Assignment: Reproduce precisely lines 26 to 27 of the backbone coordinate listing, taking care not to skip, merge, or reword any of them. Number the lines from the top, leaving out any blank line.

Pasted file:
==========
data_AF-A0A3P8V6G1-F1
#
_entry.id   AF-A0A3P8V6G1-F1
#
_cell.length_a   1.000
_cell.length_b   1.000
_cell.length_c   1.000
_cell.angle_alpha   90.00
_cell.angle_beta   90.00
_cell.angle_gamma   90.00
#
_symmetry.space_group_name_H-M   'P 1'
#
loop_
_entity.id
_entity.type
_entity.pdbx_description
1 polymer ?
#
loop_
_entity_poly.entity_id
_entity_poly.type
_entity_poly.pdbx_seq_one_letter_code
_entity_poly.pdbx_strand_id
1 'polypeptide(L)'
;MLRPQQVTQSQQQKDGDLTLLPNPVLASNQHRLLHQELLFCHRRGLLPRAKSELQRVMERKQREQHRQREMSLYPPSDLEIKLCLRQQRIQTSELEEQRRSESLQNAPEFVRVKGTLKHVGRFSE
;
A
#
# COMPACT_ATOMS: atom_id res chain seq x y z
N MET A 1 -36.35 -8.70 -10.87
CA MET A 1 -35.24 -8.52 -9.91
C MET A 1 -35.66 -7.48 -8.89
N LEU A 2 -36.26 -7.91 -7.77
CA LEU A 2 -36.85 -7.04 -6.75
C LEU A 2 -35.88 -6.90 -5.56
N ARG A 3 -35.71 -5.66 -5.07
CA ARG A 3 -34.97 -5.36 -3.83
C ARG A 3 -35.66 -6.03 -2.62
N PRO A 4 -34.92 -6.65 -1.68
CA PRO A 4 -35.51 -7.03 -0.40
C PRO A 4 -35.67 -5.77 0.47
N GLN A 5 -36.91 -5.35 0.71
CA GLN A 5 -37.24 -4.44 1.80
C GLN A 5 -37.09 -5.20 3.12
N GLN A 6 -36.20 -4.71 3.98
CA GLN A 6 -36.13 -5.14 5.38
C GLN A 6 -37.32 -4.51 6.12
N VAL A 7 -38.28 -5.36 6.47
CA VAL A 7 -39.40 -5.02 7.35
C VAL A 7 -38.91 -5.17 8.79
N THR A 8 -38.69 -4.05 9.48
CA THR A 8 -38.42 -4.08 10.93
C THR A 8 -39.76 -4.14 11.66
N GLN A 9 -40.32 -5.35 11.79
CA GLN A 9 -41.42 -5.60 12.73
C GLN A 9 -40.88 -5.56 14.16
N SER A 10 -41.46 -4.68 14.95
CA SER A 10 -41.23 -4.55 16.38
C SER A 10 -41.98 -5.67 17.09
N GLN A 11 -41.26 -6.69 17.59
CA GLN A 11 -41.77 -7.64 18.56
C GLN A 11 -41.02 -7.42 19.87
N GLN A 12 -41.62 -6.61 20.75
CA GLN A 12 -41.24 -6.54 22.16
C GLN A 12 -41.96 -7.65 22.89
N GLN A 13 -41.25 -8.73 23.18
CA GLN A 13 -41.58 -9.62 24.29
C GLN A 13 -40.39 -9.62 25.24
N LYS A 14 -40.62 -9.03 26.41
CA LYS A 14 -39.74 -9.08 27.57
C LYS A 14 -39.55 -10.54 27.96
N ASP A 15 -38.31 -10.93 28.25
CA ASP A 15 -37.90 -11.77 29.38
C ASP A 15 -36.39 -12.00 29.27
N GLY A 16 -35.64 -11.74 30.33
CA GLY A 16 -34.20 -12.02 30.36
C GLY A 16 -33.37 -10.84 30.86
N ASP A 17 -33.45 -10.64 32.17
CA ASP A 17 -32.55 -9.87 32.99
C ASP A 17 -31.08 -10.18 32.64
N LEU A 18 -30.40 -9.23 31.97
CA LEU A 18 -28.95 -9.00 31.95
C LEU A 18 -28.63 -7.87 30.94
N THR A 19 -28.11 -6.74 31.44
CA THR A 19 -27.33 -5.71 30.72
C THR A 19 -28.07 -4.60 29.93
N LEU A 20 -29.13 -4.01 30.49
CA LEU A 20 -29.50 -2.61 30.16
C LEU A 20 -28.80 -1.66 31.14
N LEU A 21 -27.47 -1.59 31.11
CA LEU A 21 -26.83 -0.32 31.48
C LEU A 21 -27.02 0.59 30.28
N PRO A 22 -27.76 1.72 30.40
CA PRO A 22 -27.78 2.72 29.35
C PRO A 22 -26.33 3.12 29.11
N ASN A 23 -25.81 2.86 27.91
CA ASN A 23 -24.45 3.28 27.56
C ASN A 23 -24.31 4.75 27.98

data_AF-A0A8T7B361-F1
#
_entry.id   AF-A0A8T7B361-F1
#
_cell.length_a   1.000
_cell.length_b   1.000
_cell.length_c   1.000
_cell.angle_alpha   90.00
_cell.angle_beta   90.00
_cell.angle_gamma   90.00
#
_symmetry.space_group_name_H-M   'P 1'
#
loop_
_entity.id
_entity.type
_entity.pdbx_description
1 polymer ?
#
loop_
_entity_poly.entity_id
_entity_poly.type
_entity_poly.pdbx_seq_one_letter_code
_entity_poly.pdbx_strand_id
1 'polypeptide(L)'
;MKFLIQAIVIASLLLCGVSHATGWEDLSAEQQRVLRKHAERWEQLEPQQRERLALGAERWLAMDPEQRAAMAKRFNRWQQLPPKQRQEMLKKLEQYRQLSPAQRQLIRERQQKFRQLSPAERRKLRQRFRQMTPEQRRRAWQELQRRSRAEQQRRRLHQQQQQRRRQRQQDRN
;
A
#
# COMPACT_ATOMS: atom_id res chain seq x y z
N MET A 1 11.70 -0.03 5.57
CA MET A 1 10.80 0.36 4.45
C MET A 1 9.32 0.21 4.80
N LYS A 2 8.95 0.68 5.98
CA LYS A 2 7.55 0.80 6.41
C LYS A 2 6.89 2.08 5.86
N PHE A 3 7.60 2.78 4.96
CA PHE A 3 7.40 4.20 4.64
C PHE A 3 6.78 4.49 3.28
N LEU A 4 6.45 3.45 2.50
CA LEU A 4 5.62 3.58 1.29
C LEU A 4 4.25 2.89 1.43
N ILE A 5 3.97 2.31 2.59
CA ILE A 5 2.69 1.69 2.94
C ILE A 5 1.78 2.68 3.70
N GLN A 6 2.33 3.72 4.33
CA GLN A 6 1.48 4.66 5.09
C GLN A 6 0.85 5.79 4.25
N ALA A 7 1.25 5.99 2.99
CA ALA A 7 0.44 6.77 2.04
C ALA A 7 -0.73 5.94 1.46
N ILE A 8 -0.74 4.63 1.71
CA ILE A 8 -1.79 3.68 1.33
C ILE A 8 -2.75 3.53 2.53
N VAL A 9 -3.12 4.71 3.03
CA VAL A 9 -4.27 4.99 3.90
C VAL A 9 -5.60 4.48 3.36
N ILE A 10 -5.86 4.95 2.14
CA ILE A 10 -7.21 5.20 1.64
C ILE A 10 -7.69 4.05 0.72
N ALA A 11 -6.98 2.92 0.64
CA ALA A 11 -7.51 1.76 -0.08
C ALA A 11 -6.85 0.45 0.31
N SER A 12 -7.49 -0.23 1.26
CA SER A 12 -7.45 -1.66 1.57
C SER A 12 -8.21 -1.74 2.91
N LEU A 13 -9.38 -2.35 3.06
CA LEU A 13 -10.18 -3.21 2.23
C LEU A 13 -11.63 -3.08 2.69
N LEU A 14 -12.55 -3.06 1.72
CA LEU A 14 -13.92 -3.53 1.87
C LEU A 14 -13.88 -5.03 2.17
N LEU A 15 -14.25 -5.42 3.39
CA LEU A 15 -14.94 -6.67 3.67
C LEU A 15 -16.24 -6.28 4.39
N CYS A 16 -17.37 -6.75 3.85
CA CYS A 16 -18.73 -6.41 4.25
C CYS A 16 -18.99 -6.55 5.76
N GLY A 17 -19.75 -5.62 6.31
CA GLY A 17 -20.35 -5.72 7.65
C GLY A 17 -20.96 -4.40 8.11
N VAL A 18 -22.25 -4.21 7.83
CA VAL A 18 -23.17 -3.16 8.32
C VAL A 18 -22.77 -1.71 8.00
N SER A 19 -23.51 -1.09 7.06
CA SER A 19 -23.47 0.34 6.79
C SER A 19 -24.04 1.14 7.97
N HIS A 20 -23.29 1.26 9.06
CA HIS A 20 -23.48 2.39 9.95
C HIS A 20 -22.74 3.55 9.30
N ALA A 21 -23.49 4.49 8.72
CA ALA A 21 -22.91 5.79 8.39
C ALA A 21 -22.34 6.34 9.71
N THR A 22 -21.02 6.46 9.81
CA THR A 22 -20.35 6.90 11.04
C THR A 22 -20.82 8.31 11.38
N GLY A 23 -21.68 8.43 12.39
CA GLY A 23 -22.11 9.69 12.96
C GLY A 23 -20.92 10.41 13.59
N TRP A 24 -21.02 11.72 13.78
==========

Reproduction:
;MLRPQQVTQSQQQKDGDLTLLPNPVLASNQHRLLHQELLFCHRRGLLPRAKSELQRVMERKQREQHRQREMSLYPPSDLEIKLCLRQQRIQTSELEEQRRSESLQNAPEFVRVKGTLKHVGRFSE
;